Mr. Thele began his professional career at the Iowa Northland Regional Council of Governments in 1974 rising to the position of Senior Planner. In 1979 he accepted a position with the City of Omaha, becoming the director of the Mayor's Office of Economic Development. In 1984 he became the inaugural director of the Omaha Small business Network initiating the operation of a small business incubator program. He returned to the City of Omaha in 1990 and subsequently became the Assistant Planning Director for Housing and Community Development prior to accepting this current position in 2013.
Mr. Thele has served the public for 40 years in every aspect of urban planning and in operating and administering economic development and community development programs. Mr. Thele has a B.A. degree in Geography and History with graduate work in Real Estate, Economics and Urban Geography.
Andrew Seth, Sustainable Strategies DC (email@example.com or 202-261-9881)
Jean Balent, U.S. EPA Technology Innovation and Field Services Division (firstname.lastname@example.org or 703-603-9924)
Ms Balent is on the staff of the EPA's Technology Innovation and Field Services Division where she has worked to collect and disseminate hazardous waste remediation and characterization information since 2003. Ms Balent manages the Clean Up Information Network website and actively supports online communication and collaboration resources available to EPA. She formerly worked with the US Army Corps of Engineers Environmental Engineering Division in the Buffalo District. Ms Balent was also a member of the SUNY-Buffalo Groundwater Research Group where she constructed and tested large scale models of groundwater flow. Ms Balent has also conducted research relating to the Great Lakes, environmental remediation, and brownfields re-development. She holds a Bachelor's degree in environmental engineering from SUNY-Buffalo and a Master's degree in Information Technology from AIU.
Webinar Slides and References:
Webinar Slides and References:
- Slide Presentation for Andrew Seth, Aimee Storm, Joel Lynch, Harold Taylor, Jennifer Hughes, and James Thele (12.3MB/PDF)
- Organization Grants, NEA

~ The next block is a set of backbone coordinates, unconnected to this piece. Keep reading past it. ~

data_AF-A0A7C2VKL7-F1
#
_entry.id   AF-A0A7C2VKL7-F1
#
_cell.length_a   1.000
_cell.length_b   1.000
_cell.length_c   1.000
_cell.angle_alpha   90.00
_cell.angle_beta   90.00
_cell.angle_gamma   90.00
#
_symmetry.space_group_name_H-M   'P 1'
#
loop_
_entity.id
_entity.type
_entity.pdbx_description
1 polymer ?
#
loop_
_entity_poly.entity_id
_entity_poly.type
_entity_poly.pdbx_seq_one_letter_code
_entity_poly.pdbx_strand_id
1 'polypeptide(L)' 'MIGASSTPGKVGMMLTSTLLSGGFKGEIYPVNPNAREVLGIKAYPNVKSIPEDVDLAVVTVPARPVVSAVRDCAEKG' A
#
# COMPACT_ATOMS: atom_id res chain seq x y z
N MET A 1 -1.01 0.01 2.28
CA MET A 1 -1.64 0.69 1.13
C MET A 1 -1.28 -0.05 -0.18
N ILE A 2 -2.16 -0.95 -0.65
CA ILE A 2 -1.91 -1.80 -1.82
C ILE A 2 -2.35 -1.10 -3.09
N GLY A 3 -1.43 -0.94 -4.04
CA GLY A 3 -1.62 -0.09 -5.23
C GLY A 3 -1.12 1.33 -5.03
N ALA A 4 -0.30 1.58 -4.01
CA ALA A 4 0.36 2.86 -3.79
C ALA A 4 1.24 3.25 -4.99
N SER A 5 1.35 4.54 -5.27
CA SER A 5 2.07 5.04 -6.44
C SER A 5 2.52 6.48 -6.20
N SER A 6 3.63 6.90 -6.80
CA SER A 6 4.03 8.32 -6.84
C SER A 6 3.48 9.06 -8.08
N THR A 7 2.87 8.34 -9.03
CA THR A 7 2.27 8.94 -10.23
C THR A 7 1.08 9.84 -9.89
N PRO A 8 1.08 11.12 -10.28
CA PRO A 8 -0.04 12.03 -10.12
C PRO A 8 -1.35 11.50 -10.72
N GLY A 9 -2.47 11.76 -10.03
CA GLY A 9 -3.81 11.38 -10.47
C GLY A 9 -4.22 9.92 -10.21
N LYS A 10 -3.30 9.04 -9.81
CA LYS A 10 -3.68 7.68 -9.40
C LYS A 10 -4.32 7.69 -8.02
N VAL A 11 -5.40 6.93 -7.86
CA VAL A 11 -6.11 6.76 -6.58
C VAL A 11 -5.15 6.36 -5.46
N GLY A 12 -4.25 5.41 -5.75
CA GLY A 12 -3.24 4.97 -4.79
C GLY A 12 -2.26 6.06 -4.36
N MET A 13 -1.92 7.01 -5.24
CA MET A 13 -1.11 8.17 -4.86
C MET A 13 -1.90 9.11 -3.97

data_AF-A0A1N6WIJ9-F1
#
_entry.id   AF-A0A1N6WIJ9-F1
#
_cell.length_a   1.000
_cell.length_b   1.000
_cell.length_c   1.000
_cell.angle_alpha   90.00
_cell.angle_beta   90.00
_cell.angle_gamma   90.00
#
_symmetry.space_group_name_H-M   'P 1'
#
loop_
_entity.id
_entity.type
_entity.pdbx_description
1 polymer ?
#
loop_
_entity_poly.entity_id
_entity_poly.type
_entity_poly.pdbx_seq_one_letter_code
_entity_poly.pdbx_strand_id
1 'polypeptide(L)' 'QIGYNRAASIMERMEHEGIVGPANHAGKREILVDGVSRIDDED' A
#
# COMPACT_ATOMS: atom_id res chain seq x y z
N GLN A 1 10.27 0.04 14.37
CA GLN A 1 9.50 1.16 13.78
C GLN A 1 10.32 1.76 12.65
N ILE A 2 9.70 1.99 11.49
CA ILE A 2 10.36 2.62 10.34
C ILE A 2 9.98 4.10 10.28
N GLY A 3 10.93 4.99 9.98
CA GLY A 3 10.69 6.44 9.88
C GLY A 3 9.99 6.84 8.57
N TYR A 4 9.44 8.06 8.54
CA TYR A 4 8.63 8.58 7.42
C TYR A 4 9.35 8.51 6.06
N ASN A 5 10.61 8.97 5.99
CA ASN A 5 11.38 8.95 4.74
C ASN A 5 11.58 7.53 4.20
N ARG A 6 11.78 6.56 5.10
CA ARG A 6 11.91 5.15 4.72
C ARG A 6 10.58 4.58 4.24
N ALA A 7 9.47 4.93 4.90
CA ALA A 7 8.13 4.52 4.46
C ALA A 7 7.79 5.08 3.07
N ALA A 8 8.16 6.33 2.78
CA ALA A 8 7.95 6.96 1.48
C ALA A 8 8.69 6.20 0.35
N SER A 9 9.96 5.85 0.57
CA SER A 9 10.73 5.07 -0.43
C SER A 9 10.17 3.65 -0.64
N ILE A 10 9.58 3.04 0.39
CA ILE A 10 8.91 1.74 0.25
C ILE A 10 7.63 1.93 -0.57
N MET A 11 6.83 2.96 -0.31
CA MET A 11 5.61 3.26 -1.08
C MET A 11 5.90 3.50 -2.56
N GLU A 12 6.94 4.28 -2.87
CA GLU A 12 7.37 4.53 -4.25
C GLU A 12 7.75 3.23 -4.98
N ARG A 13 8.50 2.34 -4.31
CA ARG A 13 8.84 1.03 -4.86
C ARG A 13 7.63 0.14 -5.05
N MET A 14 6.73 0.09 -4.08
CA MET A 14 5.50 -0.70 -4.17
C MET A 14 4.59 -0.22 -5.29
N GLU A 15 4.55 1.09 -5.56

- Office of Community Services, HHS
- State and Local Assistance Programs Division, NPS
- Past "Meet the Funders" webinars archived on clu-in.org:
- Brownfields Area-Wide Planning Federal Resources Matrix (230KB/MS Excel): This spreadsheet is designed to be a tool that helps Brownfields Area-Wide Planning (BF AWP) grantee communities better understand the range of possible plan implementation resources available through federal government programs. If acquired, these resources can help BF AWP grantees make progress on their brownfields site assessment, remediation and community revitalization activities.
- Setting the Stage for Leveraging Resources for Brownfields Revitalization: This guide was developed by EPA to assist communities in overcoming the challenges of making sound investment decisions to attract additional resources for brownfields redevelopment projects and community revitalization. Sound initial investments of local funds can open opportunities for additional public funds and attract the interest and support of outside investors and lead to additional funding.
- 2015 Brownfields Federal Programs Guide: This document illustrates how the Brownfields Program does more than simply address environmental contamination—it recognizes that a community's quality of life goes hand-in-hand with economic development and sustainability, and encourages communities to develop and implement their own vision for community revitalization.
- EPA Brownfields Program
- EPA Land Revitalization Program
- Superfund Community Involvement Tools and Resources: This page provides links to the Superfund Community Involvement Toolkit and Handbook, as well as additional resources and information on how to use them.
- Types of Brownfields Grant Funding: EPA's Brownfields program provides direct funding for Brownfields assessment, cleanup, revolving loans, and environmental job training. This page describes each of the grant programs, and provides information on availability, requirements, and how to apply.
- Land Revitalization Program Tools for Communities: This fact sheet highlights some of the tools that have resulted from the regional community-based projects undertaken with assistance from the Land Revitalization Program. These useful tools can be adapted for use in other communities.
- Technical Assistance to Brownfields Communities: EPA is committed to providing technical assistance and resources to help small, rural, environmental justice, and other community stakeholders with the necessary technical assistance to aid in the assessment and cleanup of Brownfields properties. This page describes programs that currently provide this type of assistance and conduct research projects designed to help communities address brownfields.
- ATSDR Brownfield/Land Use Health Initiative: Community health considerations are important parts of ATSDR's land revitalization activities. As such, through its Brownfields/Land Reuse Health Initiative, ATSDR works to promote a well-rounded approach to redevelopment, include health as an important part of redevelopment, grow community resources to promote health, measure changes in community health, encourage early community involvement in decision making, restore and revitalize communities in a way that is fair to all community groups, promote relationships among, agencies, partners, and communities, and improve ways to talk about health and environmental risks.
- Council of Development Finance Agencies (CDFA): CDFA provides ongoing technical assistance on funding and financing resources available to brownfields communities.